Satanic Temple leader 'very happily surprised' by support for Oklahoma monument

New York's Satanic Temple spokesman says much of the supportive response for his group's Oklahoma Capitol monument proposal is coming from people who are not Satanists.
by Carla Hinton Modified: January 25, 2014 at 10:00 pm •  Published: January 25, 2014
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The emails and letters that have poured in to a New York satanic organization in the last few weeks are not exactly what the group expected, a spokesman said.

Spokesman Lucien Greaves said the Satanic Temple of New York has received much correspondence from people who say they are not Satanists but they still support his group's proposal to install a goat demon monument at the Oklahoma Capitol.

In fact, Greaves said, some of them are Christians.

“It's really the best I could hope for. The response has been remarkable, amazing,” Greaves said during a recent telephone interview.

“I couldn't have hoped for this magnitude of positive response, but I'm really moved by it. I'm happy and encouraged by people. We're getting emails from people who are Christians who feel comfortable reaching out to us and supporting it.”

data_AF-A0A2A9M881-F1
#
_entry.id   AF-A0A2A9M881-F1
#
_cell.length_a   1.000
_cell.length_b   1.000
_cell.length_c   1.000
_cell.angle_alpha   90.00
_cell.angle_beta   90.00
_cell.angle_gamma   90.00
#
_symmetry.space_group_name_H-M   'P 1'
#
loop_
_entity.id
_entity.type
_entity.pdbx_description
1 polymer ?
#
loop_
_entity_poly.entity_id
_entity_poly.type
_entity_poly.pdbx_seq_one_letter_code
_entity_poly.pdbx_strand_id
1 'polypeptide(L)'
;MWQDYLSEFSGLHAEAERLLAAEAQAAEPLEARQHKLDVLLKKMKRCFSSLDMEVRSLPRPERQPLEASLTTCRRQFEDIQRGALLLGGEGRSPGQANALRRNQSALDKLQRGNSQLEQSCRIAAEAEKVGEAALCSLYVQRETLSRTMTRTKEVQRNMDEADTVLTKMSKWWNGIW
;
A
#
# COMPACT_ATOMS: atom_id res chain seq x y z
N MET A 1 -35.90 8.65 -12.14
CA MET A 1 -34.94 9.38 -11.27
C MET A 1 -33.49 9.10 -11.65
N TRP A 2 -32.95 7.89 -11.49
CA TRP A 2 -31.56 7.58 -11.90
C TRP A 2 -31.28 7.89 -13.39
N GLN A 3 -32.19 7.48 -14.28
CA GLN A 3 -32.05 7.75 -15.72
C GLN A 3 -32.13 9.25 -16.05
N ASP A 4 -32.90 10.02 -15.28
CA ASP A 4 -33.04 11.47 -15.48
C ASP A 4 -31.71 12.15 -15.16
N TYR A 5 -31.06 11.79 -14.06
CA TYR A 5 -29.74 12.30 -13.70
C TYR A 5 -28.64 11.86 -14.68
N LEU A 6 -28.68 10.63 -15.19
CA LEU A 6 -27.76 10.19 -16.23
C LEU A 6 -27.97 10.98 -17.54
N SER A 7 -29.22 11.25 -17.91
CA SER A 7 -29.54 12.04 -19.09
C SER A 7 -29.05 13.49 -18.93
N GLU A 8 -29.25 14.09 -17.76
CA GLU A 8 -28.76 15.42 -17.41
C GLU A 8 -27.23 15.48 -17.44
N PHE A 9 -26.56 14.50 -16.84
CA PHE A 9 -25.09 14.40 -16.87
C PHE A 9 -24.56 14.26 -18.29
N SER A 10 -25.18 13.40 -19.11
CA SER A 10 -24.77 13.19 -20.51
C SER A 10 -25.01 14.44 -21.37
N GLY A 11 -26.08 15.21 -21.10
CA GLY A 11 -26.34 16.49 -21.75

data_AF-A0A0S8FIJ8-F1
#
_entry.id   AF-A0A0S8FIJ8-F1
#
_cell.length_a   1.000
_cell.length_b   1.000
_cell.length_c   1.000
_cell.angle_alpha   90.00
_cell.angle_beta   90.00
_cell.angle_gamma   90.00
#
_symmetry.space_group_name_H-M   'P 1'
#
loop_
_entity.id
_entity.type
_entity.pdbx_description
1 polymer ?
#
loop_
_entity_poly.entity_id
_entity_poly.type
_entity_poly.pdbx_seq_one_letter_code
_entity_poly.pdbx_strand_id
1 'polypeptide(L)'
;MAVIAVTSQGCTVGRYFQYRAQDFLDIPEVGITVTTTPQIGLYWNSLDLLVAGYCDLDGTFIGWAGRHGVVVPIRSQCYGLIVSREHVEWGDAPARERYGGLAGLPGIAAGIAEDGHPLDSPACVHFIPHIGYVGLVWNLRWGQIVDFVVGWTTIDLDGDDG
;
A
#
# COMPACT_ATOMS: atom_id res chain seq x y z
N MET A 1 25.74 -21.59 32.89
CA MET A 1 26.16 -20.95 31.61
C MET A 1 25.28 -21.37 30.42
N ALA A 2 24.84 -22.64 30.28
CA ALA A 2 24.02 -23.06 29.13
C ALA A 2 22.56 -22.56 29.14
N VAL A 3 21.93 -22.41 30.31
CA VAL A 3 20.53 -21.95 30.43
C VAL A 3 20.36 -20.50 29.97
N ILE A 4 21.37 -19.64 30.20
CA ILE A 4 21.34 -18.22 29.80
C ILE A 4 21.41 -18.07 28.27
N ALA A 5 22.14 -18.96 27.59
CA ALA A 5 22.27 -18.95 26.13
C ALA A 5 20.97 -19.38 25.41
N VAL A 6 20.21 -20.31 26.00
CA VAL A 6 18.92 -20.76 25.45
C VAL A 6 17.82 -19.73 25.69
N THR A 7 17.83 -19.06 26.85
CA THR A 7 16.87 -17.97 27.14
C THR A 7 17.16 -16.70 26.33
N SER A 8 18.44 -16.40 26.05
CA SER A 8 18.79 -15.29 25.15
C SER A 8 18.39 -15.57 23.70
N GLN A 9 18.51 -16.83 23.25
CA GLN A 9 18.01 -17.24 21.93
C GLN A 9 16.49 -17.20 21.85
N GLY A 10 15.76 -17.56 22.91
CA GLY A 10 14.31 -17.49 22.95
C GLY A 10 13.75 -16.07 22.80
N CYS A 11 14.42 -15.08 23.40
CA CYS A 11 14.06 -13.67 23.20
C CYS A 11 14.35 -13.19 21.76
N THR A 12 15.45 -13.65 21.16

The New York-based Satanic Temple caused a stir earlier this month when it unveiled designs for a 7-foot-tall statue of Satan that it is proposing to be placed alongside a Ten Commandments monument on the grounds of Oklahoma's Capitol.

The artist's rendering of the statue that was provided by the temple features Satan as Baphomet, a goat-headed demon with horns, wings and a long beard.

The proposal has yet to be considered because the Oklahoma Capitol Preservation Commission has placed a moratorium on considering any such requests while a lawsuit in opposition of the Ten Commandments monument is making its way through the courts. The Oklahoma chapter of the American Civil Liberties Union has sued to have that monument removed on the basis that it violates the separation of church and state.

In the meantime, Greaves said he feels his organization is presenting itself well, judging from the non-Satanists who have felt comfortable enough to approach the group through correspondence.

He said it could mean that many of them are not buying into the myths about Satanism, such as that all Satanists are “homicidal maniacs” or sacrificing animals.


by Carla Hinton
Religion Editor
Carla Hinton, an Oklahoma City native, joined The Oklahoman in 1986 as a National Society of Newspaper Editors minority intern. She began reporting full-time for The Oklahoman two years later and has served as a beat writer covering a wide...
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